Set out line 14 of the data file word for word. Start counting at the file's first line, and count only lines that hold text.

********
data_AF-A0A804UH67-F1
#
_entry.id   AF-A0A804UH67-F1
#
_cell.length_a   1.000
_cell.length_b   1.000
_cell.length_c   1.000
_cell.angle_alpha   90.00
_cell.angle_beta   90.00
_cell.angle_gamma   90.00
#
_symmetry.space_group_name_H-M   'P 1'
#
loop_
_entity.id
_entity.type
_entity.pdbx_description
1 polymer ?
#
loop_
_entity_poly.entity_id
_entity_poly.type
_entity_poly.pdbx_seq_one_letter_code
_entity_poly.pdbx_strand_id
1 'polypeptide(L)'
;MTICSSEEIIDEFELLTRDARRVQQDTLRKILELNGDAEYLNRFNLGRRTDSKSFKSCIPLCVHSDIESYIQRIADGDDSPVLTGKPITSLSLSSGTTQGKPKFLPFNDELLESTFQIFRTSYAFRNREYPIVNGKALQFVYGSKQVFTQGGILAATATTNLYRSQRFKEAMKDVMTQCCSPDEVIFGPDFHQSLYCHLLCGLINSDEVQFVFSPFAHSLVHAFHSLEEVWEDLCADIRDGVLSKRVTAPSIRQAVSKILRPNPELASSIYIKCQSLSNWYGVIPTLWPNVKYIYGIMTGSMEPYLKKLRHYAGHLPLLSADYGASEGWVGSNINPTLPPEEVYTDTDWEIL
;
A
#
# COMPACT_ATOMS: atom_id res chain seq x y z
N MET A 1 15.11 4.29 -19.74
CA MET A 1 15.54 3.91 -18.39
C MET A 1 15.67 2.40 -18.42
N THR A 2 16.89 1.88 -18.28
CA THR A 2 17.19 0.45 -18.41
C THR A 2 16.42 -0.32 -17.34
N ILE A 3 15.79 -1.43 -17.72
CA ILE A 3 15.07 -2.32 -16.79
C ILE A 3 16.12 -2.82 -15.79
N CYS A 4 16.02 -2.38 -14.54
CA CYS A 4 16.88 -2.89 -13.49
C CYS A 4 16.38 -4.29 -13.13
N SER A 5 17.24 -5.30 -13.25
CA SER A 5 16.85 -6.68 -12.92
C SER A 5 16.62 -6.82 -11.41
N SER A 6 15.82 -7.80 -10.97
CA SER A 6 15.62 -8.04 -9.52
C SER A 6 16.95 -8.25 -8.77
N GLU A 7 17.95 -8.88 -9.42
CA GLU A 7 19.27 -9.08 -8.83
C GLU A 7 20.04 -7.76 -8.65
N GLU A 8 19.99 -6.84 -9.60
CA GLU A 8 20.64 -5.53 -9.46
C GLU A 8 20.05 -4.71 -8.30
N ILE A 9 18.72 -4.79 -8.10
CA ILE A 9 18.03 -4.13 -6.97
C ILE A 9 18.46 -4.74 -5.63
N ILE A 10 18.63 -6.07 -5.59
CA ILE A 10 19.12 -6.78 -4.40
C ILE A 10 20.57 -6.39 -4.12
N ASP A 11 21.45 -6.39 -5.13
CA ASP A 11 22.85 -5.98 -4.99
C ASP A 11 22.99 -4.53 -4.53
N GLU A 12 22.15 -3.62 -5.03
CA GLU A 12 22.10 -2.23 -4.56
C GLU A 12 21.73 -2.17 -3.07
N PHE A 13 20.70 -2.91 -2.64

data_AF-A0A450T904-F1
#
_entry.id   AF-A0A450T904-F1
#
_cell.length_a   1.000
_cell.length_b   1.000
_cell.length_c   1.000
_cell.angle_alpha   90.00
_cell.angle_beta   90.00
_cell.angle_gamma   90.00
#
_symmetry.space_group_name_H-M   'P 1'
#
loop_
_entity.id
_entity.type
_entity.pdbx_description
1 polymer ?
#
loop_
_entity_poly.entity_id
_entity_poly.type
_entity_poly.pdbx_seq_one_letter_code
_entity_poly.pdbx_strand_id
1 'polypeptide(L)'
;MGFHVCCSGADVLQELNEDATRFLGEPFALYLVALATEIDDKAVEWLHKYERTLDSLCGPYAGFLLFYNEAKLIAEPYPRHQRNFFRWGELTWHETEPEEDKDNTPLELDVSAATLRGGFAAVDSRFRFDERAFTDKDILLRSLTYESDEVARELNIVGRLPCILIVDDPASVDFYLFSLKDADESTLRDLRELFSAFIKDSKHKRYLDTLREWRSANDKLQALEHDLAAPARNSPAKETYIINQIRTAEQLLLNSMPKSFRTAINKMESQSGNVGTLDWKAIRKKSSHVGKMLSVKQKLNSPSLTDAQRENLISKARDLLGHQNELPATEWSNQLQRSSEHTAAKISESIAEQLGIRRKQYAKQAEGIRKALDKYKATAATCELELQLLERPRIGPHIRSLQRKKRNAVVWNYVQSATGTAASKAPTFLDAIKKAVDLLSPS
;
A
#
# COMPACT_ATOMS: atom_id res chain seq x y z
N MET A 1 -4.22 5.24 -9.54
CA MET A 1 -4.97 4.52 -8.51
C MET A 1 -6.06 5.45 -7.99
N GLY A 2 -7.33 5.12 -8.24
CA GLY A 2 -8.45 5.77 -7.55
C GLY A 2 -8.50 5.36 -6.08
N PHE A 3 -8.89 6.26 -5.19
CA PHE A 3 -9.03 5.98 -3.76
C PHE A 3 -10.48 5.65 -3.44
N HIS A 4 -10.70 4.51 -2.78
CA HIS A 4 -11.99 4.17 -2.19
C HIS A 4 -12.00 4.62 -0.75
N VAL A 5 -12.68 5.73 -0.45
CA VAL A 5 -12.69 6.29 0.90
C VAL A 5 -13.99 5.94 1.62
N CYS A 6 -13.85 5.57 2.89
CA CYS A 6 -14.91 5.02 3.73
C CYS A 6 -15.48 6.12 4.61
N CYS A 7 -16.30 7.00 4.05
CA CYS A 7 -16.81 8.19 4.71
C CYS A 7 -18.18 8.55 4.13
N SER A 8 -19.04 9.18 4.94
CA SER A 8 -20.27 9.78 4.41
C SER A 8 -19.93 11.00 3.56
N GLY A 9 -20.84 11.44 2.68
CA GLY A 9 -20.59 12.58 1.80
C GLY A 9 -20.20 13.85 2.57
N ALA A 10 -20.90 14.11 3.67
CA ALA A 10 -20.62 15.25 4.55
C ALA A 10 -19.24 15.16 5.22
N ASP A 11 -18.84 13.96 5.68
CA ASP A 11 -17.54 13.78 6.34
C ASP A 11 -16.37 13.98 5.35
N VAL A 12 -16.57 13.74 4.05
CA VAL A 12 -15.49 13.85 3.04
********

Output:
loop_